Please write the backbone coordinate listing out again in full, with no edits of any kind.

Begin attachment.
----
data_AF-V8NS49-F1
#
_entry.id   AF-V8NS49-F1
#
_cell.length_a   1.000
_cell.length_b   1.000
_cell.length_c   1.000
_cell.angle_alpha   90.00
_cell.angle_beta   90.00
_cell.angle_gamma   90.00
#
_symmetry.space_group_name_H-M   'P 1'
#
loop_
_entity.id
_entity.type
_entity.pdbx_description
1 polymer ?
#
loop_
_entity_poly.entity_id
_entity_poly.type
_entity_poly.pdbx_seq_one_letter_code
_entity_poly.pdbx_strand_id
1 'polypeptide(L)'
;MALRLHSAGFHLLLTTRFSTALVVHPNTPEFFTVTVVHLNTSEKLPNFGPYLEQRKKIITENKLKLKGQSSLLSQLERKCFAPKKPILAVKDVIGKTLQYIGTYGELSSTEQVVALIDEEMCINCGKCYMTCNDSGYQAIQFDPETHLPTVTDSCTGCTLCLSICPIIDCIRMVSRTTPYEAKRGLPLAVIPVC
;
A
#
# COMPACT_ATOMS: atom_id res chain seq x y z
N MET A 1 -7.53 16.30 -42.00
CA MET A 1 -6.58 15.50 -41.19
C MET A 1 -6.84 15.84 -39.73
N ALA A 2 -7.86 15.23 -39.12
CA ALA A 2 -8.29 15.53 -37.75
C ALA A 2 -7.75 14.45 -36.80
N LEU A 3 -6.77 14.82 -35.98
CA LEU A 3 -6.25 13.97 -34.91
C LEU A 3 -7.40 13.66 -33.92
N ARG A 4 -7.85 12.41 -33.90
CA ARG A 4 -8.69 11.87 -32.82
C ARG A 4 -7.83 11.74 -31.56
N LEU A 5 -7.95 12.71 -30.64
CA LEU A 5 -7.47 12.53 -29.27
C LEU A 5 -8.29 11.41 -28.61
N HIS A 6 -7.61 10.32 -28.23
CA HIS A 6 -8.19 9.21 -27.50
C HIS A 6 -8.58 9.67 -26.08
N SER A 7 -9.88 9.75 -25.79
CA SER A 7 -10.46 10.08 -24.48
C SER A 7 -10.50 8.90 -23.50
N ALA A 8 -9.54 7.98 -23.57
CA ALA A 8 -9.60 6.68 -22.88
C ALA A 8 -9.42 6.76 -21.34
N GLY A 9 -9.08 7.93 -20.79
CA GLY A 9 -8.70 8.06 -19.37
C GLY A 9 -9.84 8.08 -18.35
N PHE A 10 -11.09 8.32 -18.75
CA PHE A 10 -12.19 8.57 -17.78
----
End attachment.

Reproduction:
data_AF-V8NS49-F1
#
_entry.id   AF-V8NS49-F1
#
_cell.length_a   1.000
_cell.length_b   1.000
_cell.length_c   1.000
_cell.angle_alpha   90.00
_cell.angle_beta   90.00
_cell.angle_gamma   90.00
#
_symmetry.space_group_name_H-M   'P 1'
#
loop_
_entity.id
_entity.type
_entity.pdbx_description
1 polymer ?
#
loop_
_entity_poly.entity_id
_entity_poly.type
_entity_poly.pdbx_seq_one_letter_code
_entity_poly.pdbx_strand_id
1 'polypeptide(L)'
;MALRLHSAGFHLLLTTRFSTALVVHPNTPEFFTVTVVHLNTSEKLPNFGPYLEQRKKIITENKLKLKGQSSLLSQLERKCFAPKKPILAVKDVIGKTLQYIGTYGELSSTEQVVALIDEEMCINCGKCYMTCNDSGYQAIQFDPETHLPTVTDSCTGCTLCLSICPIIDCIRMVSRTTPYEAKRGLPLAVIPVC
;
A
#
# COMPACT_ATOMS: atom_id res chain seq x y z
N MET A 1 -7.53 16.30 -42.00
CA MET A 1 -6.58 15.50 -41.19
C MET A 1 -6.84 15.84 -39.73
N ALA A 2 -7.86 15.23 -39.12
CA ALA A 2 -8.29 15.53 -37.75
C ALA A 2 -7.75 14.45 -36.80
N LEU A 3 -6.77 14.82 -35.98
CA LEU A 3 -6.25 13.97 -34.91
C LEU A 3 -7.40 13.66 -33.92
N ARG A 4 -7.85 12.41 -33.90
CA ARG A 4 -8.69 11.87 -32.82
C ARG A 4 -7.83 11.74 -31.56
N LEU A 5 -7.95 12.71 -30.64
CA LEU A 5 -7.47 12.53 -29.27
C LEU A 5 -8.29 11.41 -28.61
N HIS A 6 -7.61 10.32 -28.23
CA HIS A 6 -8.19 9.21 -27.50
C HIS A 6 -8.58 9.67 -26.08
N SER A 7 -9.88 9.75 -25.79
CA SER A 7 -10.46 10.08 -24.48
C SER A 7 -10.50 8.90 -23.50
N ALA A 8 -9.54 7.98 -23.57
CA ALA A 8 -9.60 6.68 -22.88
C ALA A 8 -9.42 6.76 -21.34
N GLY A 9 -9.08 7.93 -20.79
CA GLY A 9 -8.70 8.06 -19.37
C GLY A 9 -9.84 8.08 -18.35
N PHE A 10 -11.09 8.32 -18.75
CA PHE A 10 -12.19 8.57 -17.78